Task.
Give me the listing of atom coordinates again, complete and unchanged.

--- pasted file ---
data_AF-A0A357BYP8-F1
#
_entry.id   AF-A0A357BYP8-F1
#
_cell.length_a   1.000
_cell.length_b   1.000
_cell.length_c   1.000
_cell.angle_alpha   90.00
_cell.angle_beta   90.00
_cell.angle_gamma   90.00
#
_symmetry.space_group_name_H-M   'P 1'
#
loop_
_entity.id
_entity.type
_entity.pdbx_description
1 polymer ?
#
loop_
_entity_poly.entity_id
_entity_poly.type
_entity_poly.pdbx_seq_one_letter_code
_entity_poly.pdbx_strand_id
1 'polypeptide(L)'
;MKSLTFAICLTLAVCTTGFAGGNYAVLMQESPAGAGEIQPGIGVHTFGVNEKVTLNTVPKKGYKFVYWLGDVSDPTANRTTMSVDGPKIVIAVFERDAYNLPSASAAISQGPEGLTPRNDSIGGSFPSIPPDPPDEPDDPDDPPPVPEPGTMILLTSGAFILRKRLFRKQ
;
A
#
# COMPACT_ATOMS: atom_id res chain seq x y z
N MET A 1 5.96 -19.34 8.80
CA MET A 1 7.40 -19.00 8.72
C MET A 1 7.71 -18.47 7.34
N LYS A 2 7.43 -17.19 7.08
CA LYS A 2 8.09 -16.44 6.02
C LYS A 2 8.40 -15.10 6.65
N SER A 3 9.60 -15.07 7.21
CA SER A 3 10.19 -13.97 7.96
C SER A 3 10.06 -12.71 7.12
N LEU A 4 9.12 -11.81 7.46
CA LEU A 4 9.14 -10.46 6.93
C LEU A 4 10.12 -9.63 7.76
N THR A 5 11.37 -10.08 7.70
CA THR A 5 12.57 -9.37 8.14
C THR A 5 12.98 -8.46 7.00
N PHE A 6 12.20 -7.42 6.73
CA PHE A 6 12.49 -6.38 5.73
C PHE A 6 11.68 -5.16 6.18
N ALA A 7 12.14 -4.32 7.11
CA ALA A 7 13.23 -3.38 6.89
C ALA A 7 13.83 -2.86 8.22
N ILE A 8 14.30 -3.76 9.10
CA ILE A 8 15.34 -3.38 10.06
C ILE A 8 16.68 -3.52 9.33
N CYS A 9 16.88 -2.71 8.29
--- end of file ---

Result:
data_AF-A0A357BYP8-F1
#
_entry.id   AF-A0A357BYP8-F1
#
_cell.length_a   1.000
_cell.length_b   1.000
_cell.length_c   1.000
_cell.angle_alpha   90.00
_cell.angle_beta   90.00
_cell.angle_gamma   90.00
#
_symmetry.space_group_name_H-M   'P 1'
#
loop_
_entity.id
_entity.type
_entity.pdbx_description
1 polymer ?
#
loop_
_entity_poly.entity_id
_entity_poly.type
_entity_poly.pdbx_seq_one_letter_code
_entity_poly.pdbx_strand_id
1 'polypeptide(L)'
;MKSLTFAICLTLAVCTTGFAGGNYAVLMQESPAGAGEIQPGIGVHTFGVNEKVTLNTVPKKGYKFVYWLGDVSDPTANRTTMSVDGPKIVIAVFERDAYNLPSASAAISQGPEGLTPRNDSIGGSFPSIPPDPPDEPDDPDDPPPVPEPGTMILLTSGAFILRKRLFRKQ
;
A
#
# COMPACT_ATOMS: atom_id res chain seq x y z
N MET A 1 5.96 -19.34 8.80
CA MET A 1 7.40 -19.00 8.72
C MET A 1 7.71 -18.47 7.34
N LYS A 2 7.43 -17.19 7.08
CA LYS A 2 8.09 -16.44 6.02
C LYS A 2 8.40 -15.10 6.65
N SER A 3 9.60 -15.07 7.21
CA SER A 3 10.19 -13.97 7.96
C SER A 3 10.06 -12.71 7.12
N LEU A 4 9.12 -11.81 7.46
CA LEU A 4 9.14 -10.46 6.93
C LEU A 4 10.12 -9.63 7.76
N THR A 5 11.37 -10.08 7.70
CA THR A 5 12.57 -9.37 8.14
C THR A 5 12.98 -8.46 7.00
N PHE A 6 12.20 -7.42 6.73
CA PHE A 6 12.49 -6.38 5.73
C PHE A 6 11.68 -5.16 6.18
N ALA A 7 12.14 -4.32 7.11
CA ALA A 7 13.23 -3.38 6.89
C ALA A 7 13.83 -2.86 8.22
N ILE A 8 14.30 -3.76 9.10
CA ILE A 8 15.34 -3.38 10.06
C ILE A 8 16.68 -3.52 9.33
N CYS A 9 16.88 -2.71 8.29